> Not an easy theme. ..kind of "wide open".
> I have recently also tried getting more info on NoSQL and related systems and performance issues. ...and get confused, especially also with the "cloud systems".

Yeah, a lot of buzzword-BS and reinventing the wheel going on. They key to remember is that SQL is not going to be replace SQL any time soon, but the combination of SQL and NoSQL can have its advantages.

> I checked for example this document regarding benchmarking "cloud systems":
> (maybe you know that document as well)
> -> "BenchmarkingCloudServingSystemswithYCSB"
> (YCSB -> Yahoo!CloudServingBenchmark)
> -> straight link: http://www.brianfrankcooper.net/pubs/ycsb.pdf
> There they speak about : explosion of new systems for datastorage and management "in the cloud"
> They mention there all these different NoSQL storage systems,
> and say for example also: Some systems are offered only as cloud services, either directly in the case of Amazon SimpleDB[1]

Yeah, SimpleDB being Amazon's S3, a proprietary system. You can download it and run it on your own cluster or private cloud.

> ....
> That's why I'm also a bit confused about "cloud systems" and "NoSQL".

Cloud systems - usually virtual machines that can be easy spun up for elasticity - I want to add more servers to my virtual network on the fly. This can be via either your own VMWare Labmanager setup or something like EC2. There are also real hardware clouds using services such as what Rackspace offers.

By "cloud systems" and "NoSQL", it just means running these databases in an environment such as EC2, VMware, or Rackspace, etc... For instance, you can have relational databases in the cloud such as with MySQL, Drizzle, or etc...

You can also run them NoSQL databases on your own systems. NoSQL and Cloud systems are not mutually exclusive of each other.

> Basically if you speak about cloud systems, you also speak about scaling out same as you are speaking about "scaling out" when speaking about NoSQL.

Scaling out can be in the cloud as well as outside the cloud. It just means running applications and databases over a several systems versus using an every increasing big huge server and growing that server to scale as was done in the Good Old Days (TM).

> So, does it imply that NoSQL systems are cloud systems?

No, they can be, but are not. NoSQL means a database system that doesn't use SQL to access data, non-relational

> How would you see the relation "NoSQL" / "Cloud systems".

They complement each other. NoSQL works well in a cloud paradigm.

> --
> Even "cloud system" meaning as such is rather unclear.
> There was the question about "Cassandra server farm":
> If I create an own cassandra server farm, can I then still speak about a "cloud system", or can I speak about a "cloud system" only when underlying servers are also geographically distrubuted?

Geographical distribution isn't the determinant in the definition of cloud system. I could have a cloud system down in my cellar if I wanted to if I have multiple real or virtual servers.

> There is also the "security" issue when it comes to "cloud systems" and some say security is bigger because data is distributed. I understand that in that way, you cannot really get hand (or get hacked) on all the data at once, eventually just a part of the data.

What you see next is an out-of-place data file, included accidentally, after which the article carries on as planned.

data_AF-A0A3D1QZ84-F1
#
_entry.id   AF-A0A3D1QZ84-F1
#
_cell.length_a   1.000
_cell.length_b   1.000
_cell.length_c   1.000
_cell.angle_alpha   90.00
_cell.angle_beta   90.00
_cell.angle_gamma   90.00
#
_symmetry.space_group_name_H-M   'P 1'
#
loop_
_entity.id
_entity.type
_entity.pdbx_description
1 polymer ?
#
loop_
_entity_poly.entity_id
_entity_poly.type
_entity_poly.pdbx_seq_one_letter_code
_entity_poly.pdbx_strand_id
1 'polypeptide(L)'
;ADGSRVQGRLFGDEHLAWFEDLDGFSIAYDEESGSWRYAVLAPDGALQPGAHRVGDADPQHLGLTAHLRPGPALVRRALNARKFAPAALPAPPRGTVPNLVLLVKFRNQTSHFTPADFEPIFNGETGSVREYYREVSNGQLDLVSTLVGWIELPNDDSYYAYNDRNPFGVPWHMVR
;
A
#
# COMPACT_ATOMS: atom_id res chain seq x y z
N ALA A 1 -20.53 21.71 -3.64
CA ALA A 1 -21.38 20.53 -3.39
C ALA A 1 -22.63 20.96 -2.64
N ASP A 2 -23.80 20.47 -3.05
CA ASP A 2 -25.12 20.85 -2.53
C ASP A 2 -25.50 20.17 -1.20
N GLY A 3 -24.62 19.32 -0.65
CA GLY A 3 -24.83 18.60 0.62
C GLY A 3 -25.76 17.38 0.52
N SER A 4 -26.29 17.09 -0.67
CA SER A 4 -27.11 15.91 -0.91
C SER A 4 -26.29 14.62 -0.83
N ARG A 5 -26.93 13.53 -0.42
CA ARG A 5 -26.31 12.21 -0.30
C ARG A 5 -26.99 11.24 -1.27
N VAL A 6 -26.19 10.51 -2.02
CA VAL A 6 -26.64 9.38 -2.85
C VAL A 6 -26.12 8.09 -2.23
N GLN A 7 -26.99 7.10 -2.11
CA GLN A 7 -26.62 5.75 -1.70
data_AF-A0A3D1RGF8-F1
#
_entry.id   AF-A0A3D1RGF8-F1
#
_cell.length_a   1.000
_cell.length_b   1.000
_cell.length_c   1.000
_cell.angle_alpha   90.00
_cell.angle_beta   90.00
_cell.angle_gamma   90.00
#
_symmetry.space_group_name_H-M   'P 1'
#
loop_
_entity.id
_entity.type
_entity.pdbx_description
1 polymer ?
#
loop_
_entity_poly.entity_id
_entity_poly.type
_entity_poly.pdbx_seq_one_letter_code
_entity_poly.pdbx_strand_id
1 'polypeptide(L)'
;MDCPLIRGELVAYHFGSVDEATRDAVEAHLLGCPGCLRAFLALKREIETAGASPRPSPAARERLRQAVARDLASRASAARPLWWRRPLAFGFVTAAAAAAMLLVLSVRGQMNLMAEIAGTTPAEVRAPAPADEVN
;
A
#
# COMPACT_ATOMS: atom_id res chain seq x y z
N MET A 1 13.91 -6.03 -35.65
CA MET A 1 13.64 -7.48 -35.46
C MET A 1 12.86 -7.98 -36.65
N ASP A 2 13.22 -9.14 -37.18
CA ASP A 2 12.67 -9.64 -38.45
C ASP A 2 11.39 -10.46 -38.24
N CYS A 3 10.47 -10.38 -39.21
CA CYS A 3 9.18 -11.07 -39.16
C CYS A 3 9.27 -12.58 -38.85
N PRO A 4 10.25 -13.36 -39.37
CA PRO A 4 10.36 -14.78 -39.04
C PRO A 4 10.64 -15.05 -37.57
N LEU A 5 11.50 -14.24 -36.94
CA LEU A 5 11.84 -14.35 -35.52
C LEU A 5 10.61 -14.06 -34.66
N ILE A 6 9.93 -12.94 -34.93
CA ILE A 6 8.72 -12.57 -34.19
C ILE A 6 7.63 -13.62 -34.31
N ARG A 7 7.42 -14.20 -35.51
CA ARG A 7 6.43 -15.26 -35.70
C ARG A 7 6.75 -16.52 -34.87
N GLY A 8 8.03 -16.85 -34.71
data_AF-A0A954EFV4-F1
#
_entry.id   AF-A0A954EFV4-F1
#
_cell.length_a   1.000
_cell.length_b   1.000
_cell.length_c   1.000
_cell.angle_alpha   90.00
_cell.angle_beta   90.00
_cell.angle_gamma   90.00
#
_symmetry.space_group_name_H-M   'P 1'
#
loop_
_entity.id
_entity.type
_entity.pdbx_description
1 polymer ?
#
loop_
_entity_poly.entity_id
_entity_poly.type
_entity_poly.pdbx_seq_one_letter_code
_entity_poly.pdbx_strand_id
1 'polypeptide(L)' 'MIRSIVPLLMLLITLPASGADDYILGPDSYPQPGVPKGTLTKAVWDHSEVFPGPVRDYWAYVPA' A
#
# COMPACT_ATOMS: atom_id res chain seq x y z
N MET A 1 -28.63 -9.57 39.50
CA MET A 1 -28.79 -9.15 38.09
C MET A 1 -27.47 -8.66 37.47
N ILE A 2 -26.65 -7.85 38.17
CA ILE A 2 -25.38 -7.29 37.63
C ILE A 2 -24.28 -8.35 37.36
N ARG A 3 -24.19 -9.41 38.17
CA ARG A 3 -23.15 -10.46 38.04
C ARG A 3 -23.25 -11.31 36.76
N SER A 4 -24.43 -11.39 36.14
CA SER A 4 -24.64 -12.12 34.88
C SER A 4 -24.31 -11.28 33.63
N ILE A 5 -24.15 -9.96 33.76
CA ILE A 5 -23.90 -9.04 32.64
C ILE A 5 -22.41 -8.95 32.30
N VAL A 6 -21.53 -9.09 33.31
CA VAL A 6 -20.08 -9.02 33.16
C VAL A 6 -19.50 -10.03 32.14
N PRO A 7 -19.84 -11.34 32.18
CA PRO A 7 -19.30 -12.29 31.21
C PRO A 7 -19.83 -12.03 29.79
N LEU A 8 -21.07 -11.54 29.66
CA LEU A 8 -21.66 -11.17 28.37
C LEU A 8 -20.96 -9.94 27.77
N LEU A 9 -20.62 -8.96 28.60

> But if I think on an own Cassandra farm, where eventually all machines are in the same machine room and network, I can imagine if you can get into one machine, you can get into all of them.

This issue requires you to do some homework about how to secure your servers. Set up a good image with everything locked down and use something like puppet to have it come up with all the goodies you set up in that image. Define a list of must-haves before that box (virtual or real) is on the network.

> From the YCSB-document "some systems are offered only as cloud services",
> I understand that for using Amazon's SimpleDB, you could not create your own server farm, rather need to buy that service from Amazon?

Yeah, you're not going to run your own S3. You can run other NoSQL or distrubuted file systems - pick your choice with a Google Search.

> That is causing me confusion between "NoSQL" and "Cloud systems".

NoSQL - as I defined in the presentation - schema less, often non-relational, doesn't use SQL as the Linga Franca of data access.

Cloud systems - multiple boxes, real or virtual, elastic, as I mention above.

Two different but mutually complementary concepts.

> --
> Memcached and Membased sounded very interesting. I will check more on those.

Please do. And do join the mailing lists. I see Matt Ingenthron and Perry Krug answering emails every day!

> --
> Can you eventually also provide the slides you used?

Certainly - let me make sure they care clean and I'll send them to you!

Getting Ruby and Rake versions sorted out

I've been working on updating the various libmemcached wrapper drivers to the latest libmemcached and was having an issue trying to build the Ruby libmemcached client, Fauna (developed by Evan Weaver) due to my Ubuntu box originally having Ruby 1.8 installed but gem would install modules that are needed for Fauna - echoe and mocha - into the 1.9 library directory. I found this useful post here: http://michalf.me/blog:make-ruby-1-9-default-on-ubuntu-9-10-karmic-koala which I modified and this here is the script I ended up using that will allow Fauna to build:


aptitude -y install ruby1.9.1 ruby1.9.1-dev \
        libopenssl-ruby1.9.1 rubygems1.9.1 irb1.9.1 ri1.9.1 rdoc1.9.1 g++

# If you already have 1.8 installed
update-alternatives --install /usr/bin/ruby ruby /usr/bin/ruby1.8 500 \
        --slave   /usr/share/man/man1/ruby.1.gz ruby.1.gz \
            /usr/share/man/man1/ruby.1.8.gz \
        --slave   /usr/bin/ri ri /usr/bin/ri1.8 \
        --slave   /usr/bin/irb irb /usr/bin/irb1.8 \
        --slave   /usr/bin/rdoc rdoc /usr/bin/rdoc1.8

# Install ruby1.9.1
update-alternatives --install /usr/bin/ruby ruby /usr/bin/ruby1.9.1 400 \
         --slave   /usr/share/man/man1/ruby.1.gz ruby.1.gz \
                                   /usr/share/man/man1/ruby1.9.1.1.gz \
        --slave   /usr/bin/ri ri /usr/bin/ri1.9.1 \
         --slave   /usr/bin/irb irb /usr/bin/irb1.9.1 \
        --slave   /usr/bin/rdoc rdoc /usr/bin/rdoc1.9.1

# choose your interpreter
# changes symlinks for /usr/bin/ruby ,
# /usr/bin/irb, /usr/bin/ri and man (1) ruby
update-alternatives --config ruby
update-alternatives --config gem

gem update
gem install echoe
gem install mocha

And if you now run:

patg@patg-desktop:~/code_dev/ruby-memcached$ ruby --version
ruby 1.9.1p378 (2010-01-10 revision 26273) [x86_64-linux]
patg@patg-desktop:~/code_dev/ruby-memcached$ gem --version
patg@patg-desktop:~/code_dev/ruby-memcached$ rake --version
rake, version 0.8.7